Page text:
Gender differential in dietary quality is all the more among adolescents, shows a new study
Rahul Dass | April 27, 2016 | New Delhi
Girls getting less food than boys was always considered a societal stereotype in India. A study has shown that it is unfortunately true. It has also highlighted a key deficiency in our policy approach by identifying that the difference in dietary quality takes place around 15 years of age and also helped explain why a healthy girl child turns into an under-nourished woman.
The issue of female health is hugely important for a country like India, which is home to the world’s largest youth population. According to the United Nations Population Fund (UNFPA), there are a mind-boggling 356 million people in the 10-24 year age group in India, making it over a quarter of the total 1.2 billion populace. It is way ahead of China which has 269 million young people.
The study, titled 'Do Boys Eat Better Than Girls in India?' by Elisabetta Aurino, a research fellow in the School of Public Health at Imperial College, London, and research associate at Young Lives, has documented the evolution of gender gaps in dietary diversity and the consumption of different foods for two cohorts at different ages.
“While no gender-based disparities in dietary quality occur at 5, 8 and 12 years old, a wide pro-boy gap emerges at age 15. Specifically, mid-adolescent girls tend to consume fewer protein- and vitamin-rich foods such as eggs, legumes, root vegetables, fruit and meat. This result is robust to gender differences between adolescents in terms of puberty onset, and dietary behaviours,” the paper said.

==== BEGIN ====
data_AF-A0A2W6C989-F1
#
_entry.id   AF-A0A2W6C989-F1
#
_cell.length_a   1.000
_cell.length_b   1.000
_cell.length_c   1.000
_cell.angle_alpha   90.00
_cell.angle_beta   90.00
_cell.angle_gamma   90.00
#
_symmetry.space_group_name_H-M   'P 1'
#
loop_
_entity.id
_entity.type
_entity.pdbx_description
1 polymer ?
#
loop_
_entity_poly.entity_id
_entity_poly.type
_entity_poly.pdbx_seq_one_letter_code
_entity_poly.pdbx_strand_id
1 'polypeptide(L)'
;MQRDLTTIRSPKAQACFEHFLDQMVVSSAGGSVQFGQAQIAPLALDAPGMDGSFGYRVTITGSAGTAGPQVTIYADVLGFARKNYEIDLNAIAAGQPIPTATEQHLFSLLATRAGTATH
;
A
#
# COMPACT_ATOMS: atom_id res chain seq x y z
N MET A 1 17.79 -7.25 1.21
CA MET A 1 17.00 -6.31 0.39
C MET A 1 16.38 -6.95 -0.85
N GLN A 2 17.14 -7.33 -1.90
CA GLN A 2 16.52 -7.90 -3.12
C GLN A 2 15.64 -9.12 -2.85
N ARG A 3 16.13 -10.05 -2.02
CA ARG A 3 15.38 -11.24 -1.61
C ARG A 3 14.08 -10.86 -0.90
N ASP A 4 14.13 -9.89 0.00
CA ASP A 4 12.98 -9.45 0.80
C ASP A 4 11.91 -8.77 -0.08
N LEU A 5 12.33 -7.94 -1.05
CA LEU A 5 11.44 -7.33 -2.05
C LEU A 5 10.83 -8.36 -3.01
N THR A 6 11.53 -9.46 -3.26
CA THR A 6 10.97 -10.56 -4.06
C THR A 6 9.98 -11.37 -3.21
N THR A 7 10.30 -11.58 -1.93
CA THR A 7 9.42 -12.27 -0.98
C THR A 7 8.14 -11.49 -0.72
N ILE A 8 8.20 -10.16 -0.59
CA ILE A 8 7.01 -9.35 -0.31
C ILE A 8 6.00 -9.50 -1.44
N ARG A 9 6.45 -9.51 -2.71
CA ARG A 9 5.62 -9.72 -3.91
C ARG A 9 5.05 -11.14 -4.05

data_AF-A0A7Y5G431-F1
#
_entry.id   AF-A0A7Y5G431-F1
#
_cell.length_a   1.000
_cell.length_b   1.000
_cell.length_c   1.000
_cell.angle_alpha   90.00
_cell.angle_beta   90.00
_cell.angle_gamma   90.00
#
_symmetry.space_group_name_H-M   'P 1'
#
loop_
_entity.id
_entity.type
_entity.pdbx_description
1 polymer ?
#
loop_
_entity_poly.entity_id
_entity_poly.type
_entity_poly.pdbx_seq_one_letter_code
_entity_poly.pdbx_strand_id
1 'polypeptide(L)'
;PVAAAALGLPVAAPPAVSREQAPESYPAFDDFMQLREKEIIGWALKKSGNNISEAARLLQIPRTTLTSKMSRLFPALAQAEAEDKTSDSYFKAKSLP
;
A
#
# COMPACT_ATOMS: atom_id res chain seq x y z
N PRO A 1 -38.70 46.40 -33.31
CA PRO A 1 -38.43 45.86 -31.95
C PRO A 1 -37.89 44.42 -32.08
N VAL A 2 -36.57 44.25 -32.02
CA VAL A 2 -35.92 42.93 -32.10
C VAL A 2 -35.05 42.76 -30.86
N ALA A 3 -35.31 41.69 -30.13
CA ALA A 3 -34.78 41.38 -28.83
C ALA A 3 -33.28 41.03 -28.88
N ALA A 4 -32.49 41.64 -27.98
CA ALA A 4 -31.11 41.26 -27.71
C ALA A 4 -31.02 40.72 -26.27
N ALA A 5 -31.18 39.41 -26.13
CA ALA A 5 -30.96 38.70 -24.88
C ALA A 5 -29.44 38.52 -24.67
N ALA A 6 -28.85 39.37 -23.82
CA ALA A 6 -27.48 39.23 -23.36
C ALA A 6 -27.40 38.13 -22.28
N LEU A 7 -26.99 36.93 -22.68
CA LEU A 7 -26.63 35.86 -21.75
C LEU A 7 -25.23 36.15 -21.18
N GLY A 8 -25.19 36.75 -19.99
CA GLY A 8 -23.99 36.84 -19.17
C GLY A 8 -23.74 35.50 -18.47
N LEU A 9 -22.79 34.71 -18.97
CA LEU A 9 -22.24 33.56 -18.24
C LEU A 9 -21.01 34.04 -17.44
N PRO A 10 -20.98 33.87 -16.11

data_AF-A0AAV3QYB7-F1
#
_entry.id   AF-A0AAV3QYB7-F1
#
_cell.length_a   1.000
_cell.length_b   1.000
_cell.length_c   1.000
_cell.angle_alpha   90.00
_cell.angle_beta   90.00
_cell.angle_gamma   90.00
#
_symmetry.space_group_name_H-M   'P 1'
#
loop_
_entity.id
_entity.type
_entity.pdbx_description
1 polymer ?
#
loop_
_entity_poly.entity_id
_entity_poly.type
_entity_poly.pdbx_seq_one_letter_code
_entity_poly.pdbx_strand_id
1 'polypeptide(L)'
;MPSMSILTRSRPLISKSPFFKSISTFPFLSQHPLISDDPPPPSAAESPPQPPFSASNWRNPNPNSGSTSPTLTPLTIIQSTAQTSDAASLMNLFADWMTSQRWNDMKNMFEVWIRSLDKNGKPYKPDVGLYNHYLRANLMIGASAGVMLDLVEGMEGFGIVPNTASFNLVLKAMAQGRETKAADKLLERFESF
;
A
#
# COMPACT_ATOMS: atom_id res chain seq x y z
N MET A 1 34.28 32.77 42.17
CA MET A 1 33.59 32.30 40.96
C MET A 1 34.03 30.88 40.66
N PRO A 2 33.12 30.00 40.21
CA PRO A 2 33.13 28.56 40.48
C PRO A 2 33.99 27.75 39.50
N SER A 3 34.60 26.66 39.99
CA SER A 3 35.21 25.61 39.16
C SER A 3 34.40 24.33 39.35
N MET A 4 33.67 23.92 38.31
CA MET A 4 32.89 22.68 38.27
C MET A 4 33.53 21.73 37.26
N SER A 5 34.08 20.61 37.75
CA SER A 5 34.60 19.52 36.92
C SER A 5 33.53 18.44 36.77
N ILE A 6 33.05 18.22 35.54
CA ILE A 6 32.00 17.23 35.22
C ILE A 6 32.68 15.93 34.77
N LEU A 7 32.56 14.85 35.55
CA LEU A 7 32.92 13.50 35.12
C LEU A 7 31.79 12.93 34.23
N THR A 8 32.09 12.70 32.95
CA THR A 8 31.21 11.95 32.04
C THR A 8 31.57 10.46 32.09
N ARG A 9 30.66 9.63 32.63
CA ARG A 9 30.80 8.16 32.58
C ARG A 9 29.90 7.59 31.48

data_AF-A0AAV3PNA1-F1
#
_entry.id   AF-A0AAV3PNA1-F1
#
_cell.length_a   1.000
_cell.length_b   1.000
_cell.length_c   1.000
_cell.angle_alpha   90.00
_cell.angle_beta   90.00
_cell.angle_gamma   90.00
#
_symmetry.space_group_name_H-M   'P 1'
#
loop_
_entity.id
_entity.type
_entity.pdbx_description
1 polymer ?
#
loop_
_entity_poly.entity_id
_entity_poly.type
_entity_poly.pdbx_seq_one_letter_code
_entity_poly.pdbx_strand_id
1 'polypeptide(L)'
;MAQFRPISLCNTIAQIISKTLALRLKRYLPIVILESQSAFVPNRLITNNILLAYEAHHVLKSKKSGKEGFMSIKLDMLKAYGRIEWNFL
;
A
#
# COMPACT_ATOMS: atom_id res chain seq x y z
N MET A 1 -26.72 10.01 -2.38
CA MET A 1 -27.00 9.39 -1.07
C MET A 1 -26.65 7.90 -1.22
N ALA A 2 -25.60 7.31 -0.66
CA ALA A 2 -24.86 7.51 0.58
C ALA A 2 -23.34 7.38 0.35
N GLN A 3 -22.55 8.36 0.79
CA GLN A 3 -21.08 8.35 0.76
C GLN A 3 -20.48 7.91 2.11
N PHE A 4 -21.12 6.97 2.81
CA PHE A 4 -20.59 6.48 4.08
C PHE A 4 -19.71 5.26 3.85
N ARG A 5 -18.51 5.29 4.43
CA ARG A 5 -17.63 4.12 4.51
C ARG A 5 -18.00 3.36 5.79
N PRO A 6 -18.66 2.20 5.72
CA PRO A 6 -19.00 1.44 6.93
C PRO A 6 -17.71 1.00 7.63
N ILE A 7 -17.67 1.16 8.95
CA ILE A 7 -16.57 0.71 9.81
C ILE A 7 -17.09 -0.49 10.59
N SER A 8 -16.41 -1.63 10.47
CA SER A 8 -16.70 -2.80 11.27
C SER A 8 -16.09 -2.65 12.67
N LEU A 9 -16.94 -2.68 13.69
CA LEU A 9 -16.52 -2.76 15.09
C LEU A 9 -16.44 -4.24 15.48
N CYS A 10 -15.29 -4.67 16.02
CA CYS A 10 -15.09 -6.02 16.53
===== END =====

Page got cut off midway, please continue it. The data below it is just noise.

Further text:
The study will particularly help policy makers who were left perplexed by the under-nourishment in Indian women, despite the girl child being healthy in the initial years.
In fact, the National Family Health Survey (NFHS-4) for 2015-16, which was released by the union health ministry in January, shows that more than half of the children in 10 out of 15 states are still anaemic and distressingly, it also showed that more than half of women were anaemic in as many as 11 states.
Aurino’s research is significant in the Indian context as the country is increasingly being burdened with under-nourishment among children. The policy makers have been laying stress on improving the female health in an effort to break the inter-generational cycle of malnutrition.
Health of adolescent and women is a priority area for the central government, which has been running several schemes to ensure that the young get adequate attention. It is particularly so for women in the child-bearing age so that they are not malnourished -- and hunger and its adverse impact is not on passed to the next generation.
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This piece is based on a previous article by the authors published in Geoforum [Elsevier] in May 2019: available online: https://www.sciencedirect.com/science/article/pii/ S0016718519300764?via%3Dihub
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